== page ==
Comparatively, there is no democratic clime anywhere in the world that has a special agency solely for investigating and prosecuting electoral offences. For instance, in the United States of America, electoral crimes are under the purview of the Election Crimes Branch of the Public Integrity Section in the Department of Justice.

Nonetheless, he who wears the shoe knows where it pinches. Since INEC has highlighted its constraints, it will be illogical to still maintain the status quo. However, the existing framework should be strengthened to achieve maximum output. The scope of the extant laws should be expanded to include pre-electoral offences such as financial inducement of party delegates, rigging of primaries, fraudulent fundraising schemes, fraudulent diversion of publicly raised funds, bullying, harassment and intimidation of the electorate to vote or not to vote in a certain way, among other vices.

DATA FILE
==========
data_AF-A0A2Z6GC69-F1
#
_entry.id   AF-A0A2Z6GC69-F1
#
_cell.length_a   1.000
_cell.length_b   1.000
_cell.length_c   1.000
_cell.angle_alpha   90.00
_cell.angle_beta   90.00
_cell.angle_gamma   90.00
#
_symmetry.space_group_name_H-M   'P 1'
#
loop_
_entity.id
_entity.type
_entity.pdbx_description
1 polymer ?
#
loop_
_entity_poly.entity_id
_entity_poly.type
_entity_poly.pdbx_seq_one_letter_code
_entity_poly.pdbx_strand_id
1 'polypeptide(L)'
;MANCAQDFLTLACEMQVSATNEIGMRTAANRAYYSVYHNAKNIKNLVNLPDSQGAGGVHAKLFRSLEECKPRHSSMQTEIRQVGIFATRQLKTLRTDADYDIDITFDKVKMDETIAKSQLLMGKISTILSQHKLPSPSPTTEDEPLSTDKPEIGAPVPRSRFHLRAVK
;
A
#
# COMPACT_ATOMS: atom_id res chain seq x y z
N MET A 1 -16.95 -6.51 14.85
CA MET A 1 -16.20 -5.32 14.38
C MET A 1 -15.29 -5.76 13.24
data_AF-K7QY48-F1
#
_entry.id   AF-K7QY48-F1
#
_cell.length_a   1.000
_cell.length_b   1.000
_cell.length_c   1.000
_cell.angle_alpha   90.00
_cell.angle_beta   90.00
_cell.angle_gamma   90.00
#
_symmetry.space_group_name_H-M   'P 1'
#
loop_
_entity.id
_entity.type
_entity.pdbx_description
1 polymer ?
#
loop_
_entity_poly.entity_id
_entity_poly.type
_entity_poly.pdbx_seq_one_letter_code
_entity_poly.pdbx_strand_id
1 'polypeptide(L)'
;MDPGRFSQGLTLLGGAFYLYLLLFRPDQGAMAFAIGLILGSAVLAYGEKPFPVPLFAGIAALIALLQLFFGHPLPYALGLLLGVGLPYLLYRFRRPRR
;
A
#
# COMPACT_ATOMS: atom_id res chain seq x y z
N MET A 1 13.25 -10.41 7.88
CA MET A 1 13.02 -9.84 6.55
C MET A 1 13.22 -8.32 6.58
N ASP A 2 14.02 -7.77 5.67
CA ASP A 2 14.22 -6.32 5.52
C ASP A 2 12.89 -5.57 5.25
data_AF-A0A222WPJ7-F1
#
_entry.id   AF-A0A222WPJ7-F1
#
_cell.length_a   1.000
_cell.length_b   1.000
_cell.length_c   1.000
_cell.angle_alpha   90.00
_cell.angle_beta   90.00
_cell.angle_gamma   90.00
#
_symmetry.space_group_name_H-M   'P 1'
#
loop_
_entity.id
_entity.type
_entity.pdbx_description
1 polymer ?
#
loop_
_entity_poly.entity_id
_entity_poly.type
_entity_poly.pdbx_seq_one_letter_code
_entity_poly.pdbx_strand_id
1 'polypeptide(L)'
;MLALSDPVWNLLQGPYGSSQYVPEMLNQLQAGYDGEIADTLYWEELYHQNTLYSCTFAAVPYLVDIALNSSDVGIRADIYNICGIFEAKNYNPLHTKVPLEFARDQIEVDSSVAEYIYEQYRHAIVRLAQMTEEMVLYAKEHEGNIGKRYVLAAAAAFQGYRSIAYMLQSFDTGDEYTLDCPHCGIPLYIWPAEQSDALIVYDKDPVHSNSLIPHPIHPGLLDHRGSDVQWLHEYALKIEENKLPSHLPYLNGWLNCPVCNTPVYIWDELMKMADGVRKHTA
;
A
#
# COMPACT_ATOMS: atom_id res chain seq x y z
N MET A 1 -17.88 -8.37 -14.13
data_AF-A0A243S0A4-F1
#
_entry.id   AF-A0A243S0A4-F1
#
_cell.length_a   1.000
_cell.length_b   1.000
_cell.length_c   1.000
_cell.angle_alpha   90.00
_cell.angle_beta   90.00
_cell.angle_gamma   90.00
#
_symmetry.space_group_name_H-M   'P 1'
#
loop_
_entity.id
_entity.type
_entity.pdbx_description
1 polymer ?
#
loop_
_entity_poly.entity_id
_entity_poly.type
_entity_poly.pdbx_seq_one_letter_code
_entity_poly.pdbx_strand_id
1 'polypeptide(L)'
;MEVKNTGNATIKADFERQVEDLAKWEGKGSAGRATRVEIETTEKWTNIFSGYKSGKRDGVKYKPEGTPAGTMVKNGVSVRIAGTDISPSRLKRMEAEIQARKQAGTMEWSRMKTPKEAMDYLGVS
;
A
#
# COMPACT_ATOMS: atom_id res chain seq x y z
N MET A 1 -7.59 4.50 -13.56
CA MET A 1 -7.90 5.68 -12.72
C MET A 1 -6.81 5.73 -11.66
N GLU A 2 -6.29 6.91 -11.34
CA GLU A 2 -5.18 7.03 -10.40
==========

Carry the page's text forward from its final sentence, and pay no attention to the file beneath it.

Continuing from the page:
Also, the trials of electoral offences should be made time-bound. It is further recommended that an Electoral Offences Department, comprising of experienced officers with proven integrity and impeccable character, be created in either the Nigeria Police Force or the Ministry of Justice to synergise with the INEC in investigating and prosecuting electoral crimes rather than establishing a full-fledged National Electoral Offences Commission, with its attendant bureaucratic red tapism.